For anyone who followed along with us through Baja, you probably remember Cindy the Civic. About a year ago, Cindy died, and we replaced her with Sally the Suzuki. Well Sally’s life was short, as she had a low-end engine knock and we had to put her up for retirement due to her unreliability. We tow older vehicles behind Ruby because they get sandblasted from all the road debris. In November we found our new-to-us tow vehicle and her name is Trixie (the Tracker!). Trackers are surprisingly sought after as a tow vehicle as they can be flat towed, and they are really good 4×4’s for exploring backroads. Before we could take her on the road with us, she needed a few mods like:
- front tow bumper
- air bags in the rear for heavy loads
- bike rack (on back)
- boat rack (on top)
This brings me to Speedy! After our Limpy the kayak fail in Baja, we wanted to find a lightweight, unsinkable water vessel. Todd found Speedy in the fall; she is a plastic, rotomolded, foam injected boat that is less than 100 lbs. Our first day in Dallas, we picked up an electric trolling motor for her and tried her out! Her max speed is about 1 knot, she is speedy!
While we were at Ratcliff Rec area in the Davy Crockett National forest site, we launched Speedy for an afternoon of fishing. We were all prepped with the fishing license and fishing rod, bait (Canadian night crawlers) and tackle (our own and a new one from Joes fish & tackle). Along with a shitload of other things we could fit in the boat, we were off on a mission to catch some bass or catfish!
It was a beautiful 20C day and we were slow and steady with the trolling motor. It took a few types of tackle and bait changes, but Todd managed to catch not just 1 wide mouth Bass, but 3! It was pretty exciting – I held the net. His disclaimer “I had no idea wtf I was doing, but I’m learning!”. Were only able to keep 1 of the 3 since the other 2 were too small. Todd cleaned it up and we had a pan fry fish dinner – it was very delish!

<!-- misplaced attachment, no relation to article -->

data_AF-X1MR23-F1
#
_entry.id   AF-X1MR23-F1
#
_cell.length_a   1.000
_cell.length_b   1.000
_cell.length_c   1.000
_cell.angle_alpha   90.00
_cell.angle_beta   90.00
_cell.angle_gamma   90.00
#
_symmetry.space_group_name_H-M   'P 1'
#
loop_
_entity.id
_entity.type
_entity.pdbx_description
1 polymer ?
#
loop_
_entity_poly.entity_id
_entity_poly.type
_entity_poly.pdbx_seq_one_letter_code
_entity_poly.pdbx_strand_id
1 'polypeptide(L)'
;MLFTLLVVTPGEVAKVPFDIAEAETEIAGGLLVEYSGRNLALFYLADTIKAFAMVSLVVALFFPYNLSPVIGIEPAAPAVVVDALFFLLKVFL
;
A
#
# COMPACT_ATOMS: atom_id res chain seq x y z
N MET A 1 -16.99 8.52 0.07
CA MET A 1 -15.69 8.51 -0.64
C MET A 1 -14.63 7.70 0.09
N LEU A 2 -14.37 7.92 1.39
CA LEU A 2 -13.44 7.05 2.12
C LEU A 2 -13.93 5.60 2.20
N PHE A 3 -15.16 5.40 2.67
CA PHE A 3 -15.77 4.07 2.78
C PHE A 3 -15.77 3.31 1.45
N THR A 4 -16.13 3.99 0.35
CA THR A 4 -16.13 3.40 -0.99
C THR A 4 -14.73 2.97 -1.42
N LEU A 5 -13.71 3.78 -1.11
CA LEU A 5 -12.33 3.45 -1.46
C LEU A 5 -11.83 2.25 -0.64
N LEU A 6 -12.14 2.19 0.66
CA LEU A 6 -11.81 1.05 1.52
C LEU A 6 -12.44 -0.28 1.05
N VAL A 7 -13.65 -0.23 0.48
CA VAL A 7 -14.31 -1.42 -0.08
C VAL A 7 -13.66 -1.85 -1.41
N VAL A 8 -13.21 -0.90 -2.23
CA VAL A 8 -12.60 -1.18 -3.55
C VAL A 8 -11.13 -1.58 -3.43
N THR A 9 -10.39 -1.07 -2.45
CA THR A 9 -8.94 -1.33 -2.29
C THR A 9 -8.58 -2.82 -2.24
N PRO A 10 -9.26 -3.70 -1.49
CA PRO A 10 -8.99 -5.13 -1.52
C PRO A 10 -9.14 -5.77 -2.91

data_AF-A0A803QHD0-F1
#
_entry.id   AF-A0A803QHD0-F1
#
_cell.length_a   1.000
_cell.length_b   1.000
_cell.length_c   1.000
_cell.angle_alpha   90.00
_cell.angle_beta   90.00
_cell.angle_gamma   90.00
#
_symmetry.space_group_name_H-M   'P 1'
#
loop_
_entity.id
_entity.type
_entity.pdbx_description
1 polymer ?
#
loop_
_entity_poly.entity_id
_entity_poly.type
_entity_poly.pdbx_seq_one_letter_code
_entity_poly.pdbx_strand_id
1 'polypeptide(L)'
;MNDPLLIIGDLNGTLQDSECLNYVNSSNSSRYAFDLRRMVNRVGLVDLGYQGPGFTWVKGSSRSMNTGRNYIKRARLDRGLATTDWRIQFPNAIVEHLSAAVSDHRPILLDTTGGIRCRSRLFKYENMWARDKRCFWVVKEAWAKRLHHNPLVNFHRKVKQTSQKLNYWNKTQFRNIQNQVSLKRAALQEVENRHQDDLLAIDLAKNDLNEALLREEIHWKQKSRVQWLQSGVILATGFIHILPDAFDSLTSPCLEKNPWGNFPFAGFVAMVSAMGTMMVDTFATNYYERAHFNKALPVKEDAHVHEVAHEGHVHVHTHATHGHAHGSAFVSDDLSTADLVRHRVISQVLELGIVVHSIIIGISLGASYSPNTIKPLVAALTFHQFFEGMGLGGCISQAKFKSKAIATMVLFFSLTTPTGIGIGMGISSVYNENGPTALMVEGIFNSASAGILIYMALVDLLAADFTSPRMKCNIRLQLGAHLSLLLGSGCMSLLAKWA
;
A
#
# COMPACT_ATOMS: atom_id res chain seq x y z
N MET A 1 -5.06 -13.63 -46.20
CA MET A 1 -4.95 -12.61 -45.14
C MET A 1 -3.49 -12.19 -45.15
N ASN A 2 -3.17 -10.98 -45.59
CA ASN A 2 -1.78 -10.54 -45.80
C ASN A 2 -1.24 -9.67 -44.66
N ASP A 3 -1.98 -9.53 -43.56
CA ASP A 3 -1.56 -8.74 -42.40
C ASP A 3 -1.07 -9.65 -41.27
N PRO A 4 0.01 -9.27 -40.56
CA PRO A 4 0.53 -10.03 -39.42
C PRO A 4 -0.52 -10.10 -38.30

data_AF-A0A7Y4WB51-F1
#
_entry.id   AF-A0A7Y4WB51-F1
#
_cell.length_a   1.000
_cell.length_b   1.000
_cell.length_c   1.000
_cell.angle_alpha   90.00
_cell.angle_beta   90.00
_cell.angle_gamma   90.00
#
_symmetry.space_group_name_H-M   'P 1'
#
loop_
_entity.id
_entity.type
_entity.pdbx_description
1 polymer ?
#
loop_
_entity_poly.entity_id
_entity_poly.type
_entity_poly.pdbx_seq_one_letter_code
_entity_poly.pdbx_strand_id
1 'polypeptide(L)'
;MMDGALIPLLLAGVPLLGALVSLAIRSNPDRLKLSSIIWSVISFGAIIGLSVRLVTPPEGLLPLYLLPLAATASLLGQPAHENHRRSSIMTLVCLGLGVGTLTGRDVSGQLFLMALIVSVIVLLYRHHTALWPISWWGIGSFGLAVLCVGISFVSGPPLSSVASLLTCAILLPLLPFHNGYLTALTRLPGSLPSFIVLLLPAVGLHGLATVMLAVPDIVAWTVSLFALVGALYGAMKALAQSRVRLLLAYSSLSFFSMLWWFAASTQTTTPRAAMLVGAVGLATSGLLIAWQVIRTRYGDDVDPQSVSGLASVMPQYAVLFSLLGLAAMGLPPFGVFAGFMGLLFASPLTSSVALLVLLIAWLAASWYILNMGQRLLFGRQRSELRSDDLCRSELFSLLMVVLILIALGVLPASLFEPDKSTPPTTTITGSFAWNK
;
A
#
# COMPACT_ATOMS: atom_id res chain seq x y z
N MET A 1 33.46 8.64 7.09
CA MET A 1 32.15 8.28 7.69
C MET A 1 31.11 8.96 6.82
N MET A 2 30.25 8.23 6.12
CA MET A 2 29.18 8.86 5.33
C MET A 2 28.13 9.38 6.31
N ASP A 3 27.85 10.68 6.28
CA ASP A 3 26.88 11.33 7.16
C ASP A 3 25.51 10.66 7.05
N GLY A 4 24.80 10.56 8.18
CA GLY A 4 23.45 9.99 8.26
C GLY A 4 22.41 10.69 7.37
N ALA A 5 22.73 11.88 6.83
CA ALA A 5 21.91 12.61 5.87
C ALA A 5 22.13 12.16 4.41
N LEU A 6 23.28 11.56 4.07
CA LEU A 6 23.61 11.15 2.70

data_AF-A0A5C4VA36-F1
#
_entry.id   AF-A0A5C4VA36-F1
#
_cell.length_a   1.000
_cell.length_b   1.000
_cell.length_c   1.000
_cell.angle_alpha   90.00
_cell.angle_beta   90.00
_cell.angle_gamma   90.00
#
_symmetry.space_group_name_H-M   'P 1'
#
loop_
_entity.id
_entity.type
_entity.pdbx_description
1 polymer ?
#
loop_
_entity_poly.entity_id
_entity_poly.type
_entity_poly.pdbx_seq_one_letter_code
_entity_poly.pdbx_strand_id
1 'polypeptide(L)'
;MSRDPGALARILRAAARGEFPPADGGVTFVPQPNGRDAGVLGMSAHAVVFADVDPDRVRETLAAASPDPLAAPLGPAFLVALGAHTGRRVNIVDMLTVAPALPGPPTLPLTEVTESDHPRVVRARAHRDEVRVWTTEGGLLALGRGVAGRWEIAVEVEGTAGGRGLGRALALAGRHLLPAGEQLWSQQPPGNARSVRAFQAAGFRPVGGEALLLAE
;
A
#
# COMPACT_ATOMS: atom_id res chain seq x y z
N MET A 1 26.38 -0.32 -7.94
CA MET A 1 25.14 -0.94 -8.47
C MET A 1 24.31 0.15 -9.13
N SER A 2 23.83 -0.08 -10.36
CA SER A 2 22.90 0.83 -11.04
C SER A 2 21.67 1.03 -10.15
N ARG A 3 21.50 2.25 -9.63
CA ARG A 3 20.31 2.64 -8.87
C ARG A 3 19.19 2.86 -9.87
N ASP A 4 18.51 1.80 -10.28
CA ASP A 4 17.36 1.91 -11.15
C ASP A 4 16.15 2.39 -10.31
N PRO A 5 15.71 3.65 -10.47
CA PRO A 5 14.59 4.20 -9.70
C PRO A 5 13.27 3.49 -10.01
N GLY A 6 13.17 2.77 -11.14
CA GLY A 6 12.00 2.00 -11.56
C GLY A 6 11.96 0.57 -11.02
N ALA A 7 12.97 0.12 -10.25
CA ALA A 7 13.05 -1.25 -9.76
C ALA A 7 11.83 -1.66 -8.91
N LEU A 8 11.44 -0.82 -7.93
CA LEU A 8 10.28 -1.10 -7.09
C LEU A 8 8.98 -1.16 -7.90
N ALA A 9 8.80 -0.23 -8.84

Spent 4 days in and around this national forest, again these campsites are pristine and cheap! There are 4 hikes here, which we have done all of them. Also ventured about 25 miles away to 2 other locations called the Caddo Mounds Historical site and the Mission Tejas State park. History here dates back to the 1690’s with the Caddo Indians; they built a village and ceremonial centre in this area. The Caddo were huge farmers and traders with evidence of trading history found as far as Ohio. There is a bunch of hub-bub with the catholic missionaries and some fighting and eventually the Caddo people moved to Oklahoma where there is still a small amount of them that carry on their history. This specific area of Texas was like a highway (called the El Camino Real de los Tejas) between the Rio Grande and the Red River Valley to Louisiana. We toured the Caddo Mounds site in a golf cart – I love me a golf cart and it was pretty fancy – it had a roof! The Mission Tejas State park (we love a state park, as they are free if you bought a state park pass, which of course we did!) We haven’t been to many state parks yet, but this specific park was quite amazing if you are a hiker – so many hikes and a few of them led you to cool historic things to look at, like a family log home built in 1828, missionary chapel (rebuilt in 1934, but was based on 1690 architecture) and probably the tallest Sentry Pine tree in the world!